Today is Wednesday, February 6, 2002, we are continuing today the oral history
interview of Judge Laurence Silberman. The interviewer is still Ray Rasenberger.
MR. RASENBERGER: Judge Silberman today I think we can wind this long set
of interviews up. We have been through your distinguished and varied career right up to the time
you had gone onto the bench, and of course that’s where you have been since 1985. And I am
sure any reader would be interested in your views on many legal issues, and I am sure any reader
can find those views in your written opinions and so we need not delve into them, but as I look at
some of your writings, and opinions, and speeches, there are certain themes that seem to emerge
and I thought I’d ask you if you would like to expound a little bit on some of them. They come
under various labels. One of them, for example, is called Judicial Activism or Judicial Restraint
whichever side of the coin you are coming at it from. And some of your opinions deal with that.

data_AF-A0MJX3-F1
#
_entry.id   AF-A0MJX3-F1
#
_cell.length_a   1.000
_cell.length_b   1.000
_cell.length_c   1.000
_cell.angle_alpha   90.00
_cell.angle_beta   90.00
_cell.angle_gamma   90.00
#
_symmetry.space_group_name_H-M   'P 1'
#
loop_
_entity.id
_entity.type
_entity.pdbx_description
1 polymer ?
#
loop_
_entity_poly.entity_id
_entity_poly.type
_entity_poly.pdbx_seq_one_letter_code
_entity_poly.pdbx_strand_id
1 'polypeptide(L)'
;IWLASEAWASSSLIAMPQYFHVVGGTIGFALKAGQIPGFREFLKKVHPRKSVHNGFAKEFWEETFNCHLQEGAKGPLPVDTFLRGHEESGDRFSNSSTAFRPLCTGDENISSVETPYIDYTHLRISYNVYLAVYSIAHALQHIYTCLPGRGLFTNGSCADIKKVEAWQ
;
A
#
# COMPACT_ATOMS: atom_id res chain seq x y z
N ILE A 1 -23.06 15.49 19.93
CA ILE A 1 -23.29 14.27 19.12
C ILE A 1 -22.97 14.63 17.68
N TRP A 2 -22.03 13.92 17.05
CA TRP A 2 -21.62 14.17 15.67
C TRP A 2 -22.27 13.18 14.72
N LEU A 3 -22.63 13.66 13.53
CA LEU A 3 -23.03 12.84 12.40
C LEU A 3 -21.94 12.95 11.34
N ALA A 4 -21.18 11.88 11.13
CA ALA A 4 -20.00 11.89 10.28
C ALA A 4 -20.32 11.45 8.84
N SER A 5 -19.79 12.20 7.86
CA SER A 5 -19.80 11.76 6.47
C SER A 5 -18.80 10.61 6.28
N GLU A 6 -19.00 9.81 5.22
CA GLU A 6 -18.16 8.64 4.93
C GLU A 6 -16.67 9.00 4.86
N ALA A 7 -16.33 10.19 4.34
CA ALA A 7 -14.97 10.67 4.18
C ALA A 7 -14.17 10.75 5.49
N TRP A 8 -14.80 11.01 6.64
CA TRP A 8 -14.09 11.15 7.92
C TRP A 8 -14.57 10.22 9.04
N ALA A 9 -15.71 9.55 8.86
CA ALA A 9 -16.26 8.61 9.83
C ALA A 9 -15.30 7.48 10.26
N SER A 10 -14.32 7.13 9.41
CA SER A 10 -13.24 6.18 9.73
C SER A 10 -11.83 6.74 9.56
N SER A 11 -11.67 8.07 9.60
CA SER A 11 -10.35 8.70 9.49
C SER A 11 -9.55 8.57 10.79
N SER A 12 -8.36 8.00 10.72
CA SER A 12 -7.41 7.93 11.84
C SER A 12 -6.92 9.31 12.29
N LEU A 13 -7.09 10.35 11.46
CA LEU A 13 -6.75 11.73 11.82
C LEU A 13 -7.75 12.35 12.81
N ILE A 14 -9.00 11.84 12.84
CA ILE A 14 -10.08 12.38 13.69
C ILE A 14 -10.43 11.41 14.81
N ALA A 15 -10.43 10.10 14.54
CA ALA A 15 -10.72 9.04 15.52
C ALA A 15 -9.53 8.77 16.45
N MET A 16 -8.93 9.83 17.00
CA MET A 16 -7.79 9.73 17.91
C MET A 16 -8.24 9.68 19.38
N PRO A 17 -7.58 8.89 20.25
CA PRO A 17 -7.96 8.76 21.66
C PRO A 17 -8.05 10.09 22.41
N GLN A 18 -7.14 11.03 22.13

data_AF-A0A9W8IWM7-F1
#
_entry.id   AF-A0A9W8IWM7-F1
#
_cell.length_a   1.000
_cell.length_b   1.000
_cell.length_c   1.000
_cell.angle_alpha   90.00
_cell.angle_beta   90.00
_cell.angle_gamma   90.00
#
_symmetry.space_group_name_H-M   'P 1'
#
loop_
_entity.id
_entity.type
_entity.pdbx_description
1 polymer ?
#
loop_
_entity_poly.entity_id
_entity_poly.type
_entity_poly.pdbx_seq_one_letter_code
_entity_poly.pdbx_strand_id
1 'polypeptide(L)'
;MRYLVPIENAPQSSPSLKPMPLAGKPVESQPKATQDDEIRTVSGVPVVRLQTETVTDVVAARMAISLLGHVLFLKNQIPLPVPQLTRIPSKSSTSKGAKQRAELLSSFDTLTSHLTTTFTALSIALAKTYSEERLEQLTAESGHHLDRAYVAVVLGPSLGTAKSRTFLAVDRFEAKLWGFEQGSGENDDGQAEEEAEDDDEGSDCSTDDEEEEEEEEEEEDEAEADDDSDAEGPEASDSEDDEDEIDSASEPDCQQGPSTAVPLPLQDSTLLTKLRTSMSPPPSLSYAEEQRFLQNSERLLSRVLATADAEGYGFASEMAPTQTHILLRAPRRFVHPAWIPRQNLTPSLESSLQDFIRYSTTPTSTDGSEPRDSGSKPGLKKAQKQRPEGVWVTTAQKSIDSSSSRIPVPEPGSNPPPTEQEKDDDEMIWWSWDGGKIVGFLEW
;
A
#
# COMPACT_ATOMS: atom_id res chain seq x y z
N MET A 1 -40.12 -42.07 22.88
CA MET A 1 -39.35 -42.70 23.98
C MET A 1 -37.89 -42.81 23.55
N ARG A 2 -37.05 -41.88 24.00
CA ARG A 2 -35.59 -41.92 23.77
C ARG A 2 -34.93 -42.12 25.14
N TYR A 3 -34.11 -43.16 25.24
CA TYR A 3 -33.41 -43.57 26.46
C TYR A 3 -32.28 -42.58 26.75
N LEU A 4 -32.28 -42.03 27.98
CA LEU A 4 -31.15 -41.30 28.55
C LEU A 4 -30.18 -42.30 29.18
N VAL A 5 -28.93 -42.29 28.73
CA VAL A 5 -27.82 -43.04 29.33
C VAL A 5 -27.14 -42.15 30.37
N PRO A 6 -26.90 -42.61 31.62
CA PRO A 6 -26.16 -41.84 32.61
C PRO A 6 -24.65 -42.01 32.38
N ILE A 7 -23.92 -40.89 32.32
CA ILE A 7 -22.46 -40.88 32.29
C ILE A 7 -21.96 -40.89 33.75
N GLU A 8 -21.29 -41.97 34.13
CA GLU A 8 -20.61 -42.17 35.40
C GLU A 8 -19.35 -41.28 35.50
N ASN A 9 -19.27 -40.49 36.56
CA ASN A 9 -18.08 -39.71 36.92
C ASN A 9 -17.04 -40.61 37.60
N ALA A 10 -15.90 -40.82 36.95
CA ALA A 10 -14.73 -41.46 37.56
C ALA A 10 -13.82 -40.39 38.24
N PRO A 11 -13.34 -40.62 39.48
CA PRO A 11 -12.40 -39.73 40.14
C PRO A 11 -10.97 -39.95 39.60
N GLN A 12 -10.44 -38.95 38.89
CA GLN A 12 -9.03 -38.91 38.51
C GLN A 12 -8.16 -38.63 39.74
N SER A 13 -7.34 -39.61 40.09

I call your attention particularly to a recent one I noticed that was issued on December 21, 2001,
and your concurring opinion ends with a remark that, “Supreme Court decisions particularly in
the last century have resembled more the periodic declarations of a continuing constitutional
convention than efforts to read the Constitution as a body of positive law.” Would you like to
sort of summarize your views on activism, the views that underlie that particular statement,
anything else you want to say on this subject that you either have said or haven’t said already?
JUDGE SILBERMAN: Well, I have written a lecture which I gave at various law
schools in 2000, the title of which is “Will Lawyering Strangle Democratic Capitalism: A
Retrospective.” That was the title of an article I wrote back at AEI in 1977 or ’78 and this was an
opportunity to look back 25 years, approximately, and see how the trends that I decried in that
original speech had either continued or discontinued. I concluded they had continued, in that